Airport tries to cut noise |

Airport tries to cut noise

Naomi Havlen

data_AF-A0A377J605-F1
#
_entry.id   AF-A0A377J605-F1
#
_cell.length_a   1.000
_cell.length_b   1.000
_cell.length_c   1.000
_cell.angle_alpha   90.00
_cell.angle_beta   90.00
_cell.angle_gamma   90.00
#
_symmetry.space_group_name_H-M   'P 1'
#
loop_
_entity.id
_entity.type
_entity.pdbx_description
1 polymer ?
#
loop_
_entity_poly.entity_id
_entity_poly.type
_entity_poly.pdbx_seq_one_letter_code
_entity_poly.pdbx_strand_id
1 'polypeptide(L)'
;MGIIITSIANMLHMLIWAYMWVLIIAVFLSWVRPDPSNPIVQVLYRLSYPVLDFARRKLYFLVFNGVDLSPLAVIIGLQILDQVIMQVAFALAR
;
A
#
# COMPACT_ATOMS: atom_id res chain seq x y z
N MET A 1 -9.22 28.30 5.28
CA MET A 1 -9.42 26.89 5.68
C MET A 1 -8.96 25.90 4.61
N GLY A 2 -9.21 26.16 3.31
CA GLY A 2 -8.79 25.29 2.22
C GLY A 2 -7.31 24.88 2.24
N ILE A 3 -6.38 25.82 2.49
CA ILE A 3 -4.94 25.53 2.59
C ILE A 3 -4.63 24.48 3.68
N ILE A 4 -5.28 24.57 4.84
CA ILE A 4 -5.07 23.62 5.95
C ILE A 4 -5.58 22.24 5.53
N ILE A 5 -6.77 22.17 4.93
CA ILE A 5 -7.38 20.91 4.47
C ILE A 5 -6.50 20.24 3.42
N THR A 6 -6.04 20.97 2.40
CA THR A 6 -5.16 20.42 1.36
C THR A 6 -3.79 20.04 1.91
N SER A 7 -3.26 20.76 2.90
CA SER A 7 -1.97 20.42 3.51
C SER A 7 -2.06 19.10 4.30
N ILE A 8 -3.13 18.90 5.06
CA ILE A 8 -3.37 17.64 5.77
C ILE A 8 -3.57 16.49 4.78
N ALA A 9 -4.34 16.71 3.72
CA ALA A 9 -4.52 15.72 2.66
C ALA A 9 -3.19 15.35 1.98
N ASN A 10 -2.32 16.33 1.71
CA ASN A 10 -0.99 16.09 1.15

In an attempt to be a good neighbor, the Aspen airport is looking into voluntary restrictions to place on jets to cut down on noise.The “fly quiet program” is the airport’s method of reducing noise at the airport. It’s part of the airport’s master plan completed at the end of 2004. A committee of representatives from the airport, Pitkin County, corporate jet operators and community members from neighborhoods close to the airport are trying to identify how Sardy Field could get a little quieter.It’s going to be a voluntary program initially because federal rules limit what airports can do to reduce noise without doing lengthy – and expensive – noise studies, said Dave Ulane, the airport’s assistant director of aviation.The current plan looks primarily at corporate jets coming in and out of the airport because of their large numbers at the airport. Ulane said there are now eight commercial airline flights a day that use jet aircraft and about 100 to 150 private jets that fly in and out of Sardy Field.Barnard Dunkelberg & Co., an aviation consultant from Tulsa who assisted in the airport’s master plan process, is helping develop the fly quiet program. Noise is currently monitored from the airport a couple of times a year from key points in the county, including Woody Creek, Buttermilk mountain and the North 40 subdivision.Rick Dunkelberg of the consulting group told Pitkin County commissioners on Tuesday at a work session that noise complaints near the airport are mostly the result of older, noisier jets. He said nationally 90 percent of planes are more modern, quieter jets, while the rest are older and louder.In Aspen, that percentage is closer to 95 percent new jets to 5 percent older jets. That’s partly because jet owners in Aspen have the money to buy the more modern jets but also because older airplanes get more expensive to maintain, Ulane said.Dunkelberg told commissioners the committee is considering restrictions on how long jets can let their engines idle at the airport between flights. They also may ask fractional owners of jets via newsletters to be conscientious about flying in quieter jets when coming to Aspen.The committee is also looking into physical barriers around the airport as a noise buffer.Naomi Havlen’s e-mail address is